How to Integrate Ableton Link with AudioKit using Swift or C++

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Ableton Link is a great technology for syncing iOS audio apps with each other as well as Ableton Live. A link session tracks the beat, bar, and phrase according to tempo so that apps can play in time with a shared tempo.

LinkKit is a C++ library with functions for creating and joining a Link session, getting the beat for the current time, updating the tempo etc. from both the audio thread and UI thread. The best practice is creating it once when you initialize your app with your audio engine and tracking the beat or requesting session updates in the audio render loop. Alternatively, you can setup your custom timer to act like an audio render loop. But, it does not guarantee precise accuracy.

I recommend reading the Link documentation for an in-depth overview before we start.

Getting LinkKit

You need to request LinkKit from Ableton and they will give you access to the private repo of LinkKit where you can download the final release with UI guidelines and a well-built example app called LinkHut. You can study the example app. If you have no experience with AudioUnits, Audio DSP programming, mixing Objective-C with C++ (Objective-C++), this example will help. Don’t worry if you are a Swift programmer, it works perfectly well with Swift apps. Also, you can test your implementation with the LinkHut to check if your app is in sync with other Link apps.

AudioKit Integration

Ableton Link works great with AudioKit. If you have an Audio Unit where you can subscribe its render loop (the audio thread), you are basically ready to go. Also, it doesn’t hurt to add one if you don’t currently have one. Otherwise, you can setup your custom loop with the NSTimer, for example, if you are using AudioKit for just the AKSequencer.

Implementation

There are two main data structures you will work with. An engine data, where the audio engine related data goes, like, output latency, bpm, quantum etc.

And Link data, the data you need in audio thread. It will have the ABLLinkRef, the Link itself and two EngineData references one is the audio thread only data and other is shared between main and audio thread so changes on EngineData from different threads don’t block each other. Also, it has time-related data for calculating the beats accurate as possible.

In audio render loop, we sync sharedEngineData to localEngineData with the static void pullEngineData(LinkData* linkData, EngineData* output) function. So, tempo or play/stop state changes applied on audio thread.

And in the last part, in our DSP code, or audio render loop, we pull the Link data, capture the current session, check the tempo, play/stop changes and commit any requested changes by our client to the session.

When we setup our audio render loop function to audio unit, we should send our LinkData. So, we can pull it from void *inRefCon parameter in our audioCallback function.

Passing custom data

You can pass your custom data type as well, if you want to do something else. For example, you can setup a custom callback function like:

And setup a property for implementing it in another class.

In your audio engine’s header file. Also, you should setup a custom struct for passing it to your audio callback function.

Create a private reference for it in your implementation file.

And pass it to the audio callback method.

Then, in your audio callback function, pull it from void *inRefCon.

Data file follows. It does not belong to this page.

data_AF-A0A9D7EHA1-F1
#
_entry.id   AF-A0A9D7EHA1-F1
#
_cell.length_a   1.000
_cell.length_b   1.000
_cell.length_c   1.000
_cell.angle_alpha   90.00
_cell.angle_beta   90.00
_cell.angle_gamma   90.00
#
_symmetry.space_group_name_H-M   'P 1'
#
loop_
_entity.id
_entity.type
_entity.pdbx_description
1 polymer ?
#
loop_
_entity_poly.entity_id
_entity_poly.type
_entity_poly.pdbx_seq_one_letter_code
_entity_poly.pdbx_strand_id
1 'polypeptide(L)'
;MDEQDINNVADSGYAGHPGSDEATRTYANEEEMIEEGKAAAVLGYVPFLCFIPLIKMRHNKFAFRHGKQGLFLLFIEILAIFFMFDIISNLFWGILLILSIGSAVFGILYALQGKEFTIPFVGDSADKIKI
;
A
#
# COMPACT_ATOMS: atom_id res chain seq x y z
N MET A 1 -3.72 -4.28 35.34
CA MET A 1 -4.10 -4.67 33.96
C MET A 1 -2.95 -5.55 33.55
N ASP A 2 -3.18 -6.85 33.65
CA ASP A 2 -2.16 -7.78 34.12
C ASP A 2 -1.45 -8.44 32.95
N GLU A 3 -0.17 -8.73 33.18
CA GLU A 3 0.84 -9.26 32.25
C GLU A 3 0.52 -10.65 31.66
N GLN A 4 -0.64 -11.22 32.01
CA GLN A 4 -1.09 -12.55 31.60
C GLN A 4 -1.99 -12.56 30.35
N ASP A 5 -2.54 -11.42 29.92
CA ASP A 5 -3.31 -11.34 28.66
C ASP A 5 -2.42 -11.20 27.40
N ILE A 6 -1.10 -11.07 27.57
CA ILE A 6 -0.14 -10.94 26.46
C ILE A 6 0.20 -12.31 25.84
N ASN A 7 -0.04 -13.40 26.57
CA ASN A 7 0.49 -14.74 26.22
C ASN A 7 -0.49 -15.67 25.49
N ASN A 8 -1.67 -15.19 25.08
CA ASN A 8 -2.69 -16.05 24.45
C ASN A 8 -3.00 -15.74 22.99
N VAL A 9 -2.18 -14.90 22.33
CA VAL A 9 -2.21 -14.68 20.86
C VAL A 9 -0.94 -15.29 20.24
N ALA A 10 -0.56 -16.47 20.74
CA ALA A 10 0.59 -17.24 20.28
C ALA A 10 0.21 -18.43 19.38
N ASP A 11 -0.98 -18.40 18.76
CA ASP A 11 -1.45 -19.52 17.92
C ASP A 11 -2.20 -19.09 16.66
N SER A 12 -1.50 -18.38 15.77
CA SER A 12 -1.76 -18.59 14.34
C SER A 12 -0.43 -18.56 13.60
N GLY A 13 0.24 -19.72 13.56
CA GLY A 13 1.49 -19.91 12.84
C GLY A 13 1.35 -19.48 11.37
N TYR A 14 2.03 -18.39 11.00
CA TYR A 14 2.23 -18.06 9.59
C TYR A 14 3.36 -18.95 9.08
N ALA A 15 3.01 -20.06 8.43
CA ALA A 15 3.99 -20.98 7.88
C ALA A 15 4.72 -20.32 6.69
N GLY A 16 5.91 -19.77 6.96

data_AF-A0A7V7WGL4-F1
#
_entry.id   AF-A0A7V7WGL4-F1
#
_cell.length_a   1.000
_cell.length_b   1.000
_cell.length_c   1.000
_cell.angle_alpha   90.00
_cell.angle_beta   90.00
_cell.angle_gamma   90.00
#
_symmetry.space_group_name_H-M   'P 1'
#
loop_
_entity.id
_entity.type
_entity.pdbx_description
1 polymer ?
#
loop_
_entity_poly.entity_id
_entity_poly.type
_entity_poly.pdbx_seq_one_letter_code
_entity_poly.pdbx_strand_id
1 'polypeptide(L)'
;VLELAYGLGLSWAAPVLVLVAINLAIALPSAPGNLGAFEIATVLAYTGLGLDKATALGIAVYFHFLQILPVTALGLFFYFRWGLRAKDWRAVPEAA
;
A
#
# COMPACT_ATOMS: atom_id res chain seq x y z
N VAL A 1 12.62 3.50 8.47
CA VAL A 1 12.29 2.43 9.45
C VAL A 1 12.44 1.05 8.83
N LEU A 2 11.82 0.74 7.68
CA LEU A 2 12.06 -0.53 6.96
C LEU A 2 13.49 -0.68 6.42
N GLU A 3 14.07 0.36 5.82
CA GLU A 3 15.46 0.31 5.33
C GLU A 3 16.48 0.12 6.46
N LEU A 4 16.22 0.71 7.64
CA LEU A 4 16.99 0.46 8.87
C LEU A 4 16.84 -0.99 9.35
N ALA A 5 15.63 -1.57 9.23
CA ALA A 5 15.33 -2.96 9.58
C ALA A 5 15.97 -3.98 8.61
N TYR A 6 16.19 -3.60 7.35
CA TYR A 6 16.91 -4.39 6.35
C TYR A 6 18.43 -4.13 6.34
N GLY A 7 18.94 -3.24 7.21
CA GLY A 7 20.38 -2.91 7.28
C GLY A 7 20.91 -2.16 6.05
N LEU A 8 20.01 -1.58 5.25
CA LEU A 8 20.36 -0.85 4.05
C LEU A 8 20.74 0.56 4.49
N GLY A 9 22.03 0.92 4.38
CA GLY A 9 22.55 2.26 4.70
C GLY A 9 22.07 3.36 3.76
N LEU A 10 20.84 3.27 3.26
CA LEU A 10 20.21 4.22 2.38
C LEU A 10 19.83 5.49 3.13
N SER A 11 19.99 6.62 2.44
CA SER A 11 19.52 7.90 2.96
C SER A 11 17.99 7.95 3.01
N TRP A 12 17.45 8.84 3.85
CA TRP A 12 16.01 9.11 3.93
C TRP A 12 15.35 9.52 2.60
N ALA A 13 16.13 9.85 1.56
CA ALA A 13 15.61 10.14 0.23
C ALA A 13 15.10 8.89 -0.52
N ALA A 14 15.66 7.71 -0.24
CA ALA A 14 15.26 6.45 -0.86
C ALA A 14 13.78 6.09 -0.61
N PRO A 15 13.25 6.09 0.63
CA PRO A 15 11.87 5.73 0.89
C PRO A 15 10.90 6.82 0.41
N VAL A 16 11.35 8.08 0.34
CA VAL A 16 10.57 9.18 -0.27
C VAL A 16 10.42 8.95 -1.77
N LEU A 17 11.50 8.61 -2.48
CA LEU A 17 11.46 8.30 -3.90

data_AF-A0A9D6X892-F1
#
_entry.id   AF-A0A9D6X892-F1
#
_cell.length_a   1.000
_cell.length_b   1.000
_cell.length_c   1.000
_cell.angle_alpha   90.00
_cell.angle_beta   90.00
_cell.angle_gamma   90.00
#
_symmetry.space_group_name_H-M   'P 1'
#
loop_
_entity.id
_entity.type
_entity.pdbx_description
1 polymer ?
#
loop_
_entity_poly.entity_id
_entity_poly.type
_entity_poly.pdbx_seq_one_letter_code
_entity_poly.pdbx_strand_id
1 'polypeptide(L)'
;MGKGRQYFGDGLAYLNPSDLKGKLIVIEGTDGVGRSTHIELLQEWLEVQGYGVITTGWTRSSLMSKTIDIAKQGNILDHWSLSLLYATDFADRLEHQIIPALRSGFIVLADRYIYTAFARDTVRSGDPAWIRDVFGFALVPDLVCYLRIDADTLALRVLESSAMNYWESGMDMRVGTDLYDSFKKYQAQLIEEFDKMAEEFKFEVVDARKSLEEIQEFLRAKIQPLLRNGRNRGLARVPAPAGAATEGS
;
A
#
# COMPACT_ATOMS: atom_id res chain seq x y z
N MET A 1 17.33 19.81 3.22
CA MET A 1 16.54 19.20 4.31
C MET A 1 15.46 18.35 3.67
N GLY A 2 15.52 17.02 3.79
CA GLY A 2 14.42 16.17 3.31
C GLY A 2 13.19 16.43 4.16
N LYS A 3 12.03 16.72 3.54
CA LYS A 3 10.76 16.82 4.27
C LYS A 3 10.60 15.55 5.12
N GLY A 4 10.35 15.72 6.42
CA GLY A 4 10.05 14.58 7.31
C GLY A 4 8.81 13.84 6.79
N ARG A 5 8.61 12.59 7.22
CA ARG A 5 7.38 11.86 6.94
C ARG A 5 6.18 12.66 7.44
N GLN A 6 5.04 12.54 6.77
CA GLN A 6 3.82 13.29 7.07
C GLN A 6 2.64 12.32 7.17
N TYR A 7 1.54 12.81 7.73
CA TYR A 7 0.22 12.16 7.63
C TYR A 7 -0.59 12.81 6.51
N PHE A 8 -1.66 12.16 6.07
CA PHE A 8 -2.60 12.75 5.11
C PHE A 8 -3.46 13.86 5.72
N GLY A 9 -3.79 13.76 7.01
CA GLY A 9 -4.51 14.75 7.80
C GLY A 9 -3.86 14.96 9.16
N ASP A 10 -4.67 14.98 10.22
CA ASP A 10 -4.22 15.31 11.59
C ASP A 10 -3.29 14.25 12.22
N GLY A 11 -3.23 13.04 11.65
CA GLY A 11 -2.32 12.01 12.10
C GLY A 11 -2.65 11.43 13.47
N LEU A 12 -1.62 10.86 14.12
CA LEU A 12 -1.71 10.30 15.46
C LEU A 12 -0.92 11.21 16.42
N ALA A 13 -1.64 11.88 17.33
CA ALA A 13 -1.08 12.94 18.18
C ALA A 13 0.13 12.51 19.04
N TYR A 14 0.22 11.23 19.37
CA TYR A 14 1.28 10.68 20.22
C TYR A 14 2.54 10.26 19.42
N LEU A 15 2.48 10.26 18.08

You can pass the current beat to your custom callback function now.

You can find the full example in this repo.

Integrating with Swift projects

For Swift projects, you need a bridging header file and include the LinkKit.

Also, you need to link libc++.tbd to your linked frameworks and libraries section in the General tab in your project settings.

There is a Swift port of EngineData and LinkData as Swift structs that you can grab from here.

In this example, we will setup a custom timer and use it as our audio render loop. So, it will cover the projects with no audio units. The update function in the Swift port code is the same code in the audio render loop above. So, our custom timer should call it.

If you subscribe its listeners, you are going the react tempo/start/stop changes. And of course, you can request the change them as well, by simply setting its properties.

For more information on Ableton link, please visit their website.
(Blog photo courtesy of Ableton Link website)

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Comments (1)

I’m trying to install the full example, but getting this error:

Undefined symbols for architecture x86_64:
“_ABLLinkSetIsPlaying”, referenced from:
audioCallback(void*, unsigned int*, AudioTimeStamp const*, unsigned int, unsigned int, AudioBufferList*) in AudioEngine.o
“_OBJC_CLASS_$_ABLLinkSettingsViewController”, referenced from:
objc-class-ref in AudioEngineManager.o
“_ABLLinkRequestBeatAtStartPlayingTime”, referenced from:
audioCallback(void*, unsigned int*, AudioTimeStamp const*, unsigned int, unsigned int, AudioBufferList*) in AudioEngine.o
“_ABLLinkCommitAudioSessionState”, referenced from:
audioCallback(void*, unsigned int*, AudioTimeStamp const*, unsigned int, unsigned int, AudioBufferList*) in AudioEngine.o
“_ABLLinkSetSessionTempoCallback”, referenced from:
-[AudioEngine initLinkData:] in AudioEngine.o
“_ABLLinkCaptureAudioSessionState”, referenced from:
audioCallback(void*, unsigned int*, AudioTimeStamp const*, unsigned int, unsigned int, AudioBufferList*) in AudioEngine.o
“_ABLLinkIsPlaying”, referenced from:
-[AudioEngine isPlaying] in AudioEngine.o
audioCallback(void*, unsigned int*, AudioTimeStamp const*, unsigned int, unsigned int, AudioBufferList*) in AudioEngine.o
“_ABLLinkGetTempo”, referenced from:
-[AudioEngine bpm] in AudioEngine.o

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